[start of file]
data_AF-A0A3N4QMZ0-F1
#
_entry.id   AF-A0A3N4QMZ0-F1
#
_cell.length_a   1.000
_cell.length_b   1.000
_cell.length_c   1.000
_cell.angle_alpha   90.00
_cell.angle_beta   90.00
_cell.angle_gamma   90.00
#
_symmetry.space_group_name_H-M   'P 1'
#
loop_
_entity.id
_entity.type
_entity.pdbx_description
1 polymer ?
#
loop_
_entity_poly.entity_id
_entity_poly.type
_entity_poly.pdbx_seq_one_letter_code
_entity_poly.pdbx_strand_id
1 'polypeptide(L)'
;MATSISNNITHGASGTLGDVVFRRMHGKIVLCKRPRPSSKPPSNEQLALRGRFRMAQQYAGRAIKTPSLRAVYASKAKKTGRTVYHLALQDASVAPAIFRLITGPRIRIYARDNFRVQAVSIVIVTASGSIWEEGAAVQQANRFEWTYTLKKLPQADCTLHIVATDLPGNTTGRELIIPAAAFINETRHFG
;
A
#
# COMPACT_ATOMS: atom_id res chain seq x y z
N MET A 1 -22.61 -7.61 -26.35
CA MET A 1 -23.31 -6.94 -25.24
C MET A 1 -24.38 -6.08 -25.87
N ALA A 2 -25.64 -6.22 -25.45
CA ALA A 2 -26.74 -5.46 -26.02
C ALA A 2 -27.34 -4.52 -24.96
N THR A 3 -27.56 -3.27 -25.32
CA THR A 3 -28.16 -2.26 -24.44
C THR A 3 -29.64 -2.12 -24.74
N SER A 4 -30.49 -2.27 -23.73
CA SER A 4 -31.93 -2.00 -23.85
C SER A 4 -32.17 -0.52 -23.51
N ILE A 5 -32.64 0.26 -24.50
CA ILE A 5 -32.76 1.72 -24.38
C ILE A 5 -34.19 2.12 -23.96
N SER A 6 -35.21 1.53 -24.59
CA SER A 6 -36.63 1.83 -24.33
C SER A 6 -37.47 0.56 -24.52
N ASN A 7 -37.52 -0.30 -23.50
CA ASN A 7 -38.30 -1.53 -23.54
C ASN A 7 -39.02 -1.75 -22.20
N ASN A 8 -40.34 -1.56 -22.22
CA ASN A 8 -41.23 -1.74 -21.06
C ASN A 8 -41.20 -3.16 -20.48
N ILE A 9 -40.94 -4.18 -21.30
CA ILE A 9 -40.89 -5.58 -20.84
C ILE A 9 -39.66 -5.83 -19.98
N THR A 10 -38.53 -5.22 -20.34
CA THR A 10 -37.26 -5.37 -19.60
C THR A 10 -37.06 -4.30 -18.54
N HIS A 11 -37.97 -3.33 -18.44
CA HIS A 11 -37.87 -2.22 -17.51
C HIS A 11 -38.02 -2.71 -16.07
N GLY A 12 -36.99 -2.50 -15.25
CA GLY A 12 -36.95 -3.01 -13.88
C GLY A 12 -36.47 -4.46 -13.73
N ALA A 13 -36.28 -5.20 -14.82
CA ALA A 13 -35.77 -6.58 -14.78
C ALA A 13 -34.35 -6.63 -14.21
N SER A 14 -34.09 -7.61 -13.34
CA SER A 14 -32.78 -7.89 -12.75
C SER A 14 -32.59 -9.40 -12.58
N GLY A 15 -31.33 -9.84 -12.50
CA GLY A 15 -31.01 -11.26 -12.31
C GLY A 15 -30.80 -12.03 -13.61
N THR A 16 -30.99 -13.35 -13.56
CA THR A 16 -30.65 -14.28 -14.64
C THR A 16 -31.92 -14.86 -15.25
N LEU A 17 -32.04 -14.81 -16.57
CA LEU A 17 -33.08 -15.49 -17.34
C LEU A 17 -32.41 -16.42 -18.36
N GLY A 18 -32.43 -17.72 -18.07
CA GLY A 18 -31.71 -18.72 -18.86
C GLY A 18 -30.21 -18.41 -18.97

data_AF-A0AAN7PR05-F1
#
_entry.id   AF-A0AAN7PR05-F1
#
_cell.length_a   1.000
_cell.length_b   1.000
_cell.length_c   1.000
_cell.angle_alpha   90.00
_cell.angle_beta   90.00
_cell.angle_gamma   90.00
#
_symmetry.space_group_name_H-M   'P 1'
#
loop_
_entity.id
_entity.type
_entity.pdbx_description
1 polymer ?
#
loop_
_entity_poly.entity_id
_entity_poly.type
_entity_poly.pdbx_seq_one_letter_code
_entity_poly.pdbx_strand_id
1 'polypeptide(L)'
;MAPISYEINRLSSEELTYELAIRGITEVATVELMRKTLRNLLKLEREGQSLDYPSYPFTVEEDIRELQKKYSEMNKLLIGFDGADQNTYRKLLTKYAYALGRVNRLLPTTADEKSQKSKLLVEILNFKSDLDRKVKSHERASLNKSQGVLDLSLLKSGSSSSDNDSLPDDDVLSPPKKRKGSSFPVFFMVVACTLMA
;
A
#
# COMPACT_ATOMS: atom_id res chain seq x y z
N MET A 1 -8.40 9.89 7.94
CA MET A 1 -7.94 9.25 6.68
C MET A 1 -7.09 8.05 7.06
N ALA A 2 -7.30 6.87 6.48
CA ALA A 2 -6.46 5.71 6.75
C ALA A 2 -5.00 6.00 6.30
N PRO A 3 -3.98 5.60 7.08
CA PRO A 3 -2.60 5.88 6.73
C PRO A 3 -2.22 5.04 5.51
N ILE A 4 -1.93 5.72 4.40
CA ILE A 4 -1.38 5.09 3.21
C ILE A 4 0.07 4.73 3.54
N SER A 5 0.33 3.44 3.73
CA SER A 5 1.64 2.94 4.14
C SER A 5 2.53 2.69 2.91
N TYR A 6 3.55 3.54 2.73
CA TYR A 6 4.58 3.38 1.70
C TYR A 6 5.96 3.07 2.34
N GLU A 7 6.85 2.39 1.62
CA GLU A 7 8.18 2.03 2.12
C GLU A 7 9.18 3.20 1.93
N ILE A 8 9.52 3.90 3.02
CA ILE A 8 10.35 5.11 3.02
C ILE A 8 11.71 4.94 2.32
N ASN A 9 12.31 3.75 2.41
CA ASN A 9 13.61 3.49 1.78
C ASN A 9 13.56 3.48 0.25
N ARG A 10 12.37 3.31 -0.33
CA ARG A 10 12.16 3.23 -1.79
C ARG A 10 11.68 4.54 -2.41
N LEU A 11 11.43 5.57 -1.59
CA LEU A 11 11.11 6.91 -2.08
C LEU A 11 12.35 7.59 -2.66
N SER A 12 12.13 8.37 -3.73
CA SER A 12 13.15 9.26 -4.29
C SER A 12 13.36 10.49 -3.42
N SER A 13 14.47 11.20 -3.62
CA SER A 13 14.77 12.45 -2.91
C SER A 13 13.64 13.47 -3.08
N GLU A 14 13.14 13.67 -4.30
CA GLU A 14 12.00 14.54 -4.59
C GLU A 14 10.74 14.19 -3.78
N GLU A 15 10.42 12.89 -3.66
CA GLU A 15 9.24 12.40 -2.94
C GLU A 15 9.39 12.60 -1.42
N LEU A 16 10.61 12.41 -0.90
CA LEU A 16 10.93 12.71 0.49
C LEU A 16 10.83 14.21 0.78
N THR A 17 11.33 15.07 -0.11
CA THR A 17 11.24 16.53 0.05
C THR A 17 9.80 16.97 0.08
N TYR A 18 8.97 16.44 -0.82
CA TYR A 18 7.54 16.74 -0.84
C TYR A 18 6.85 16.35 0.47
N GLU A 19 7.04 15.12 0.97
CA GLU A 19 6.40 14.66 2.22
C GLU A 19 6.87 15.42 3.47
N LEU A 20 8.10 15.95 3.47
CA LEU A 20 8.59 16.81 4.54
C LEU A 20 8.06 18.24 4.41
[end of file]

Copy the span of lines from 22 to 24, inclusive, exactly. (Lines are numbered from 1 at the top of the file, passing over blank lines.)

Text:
_entity_poly.type
_entity_poly.pdbx_seq_one_letter_code
_entity_poly.pdbx_strand_id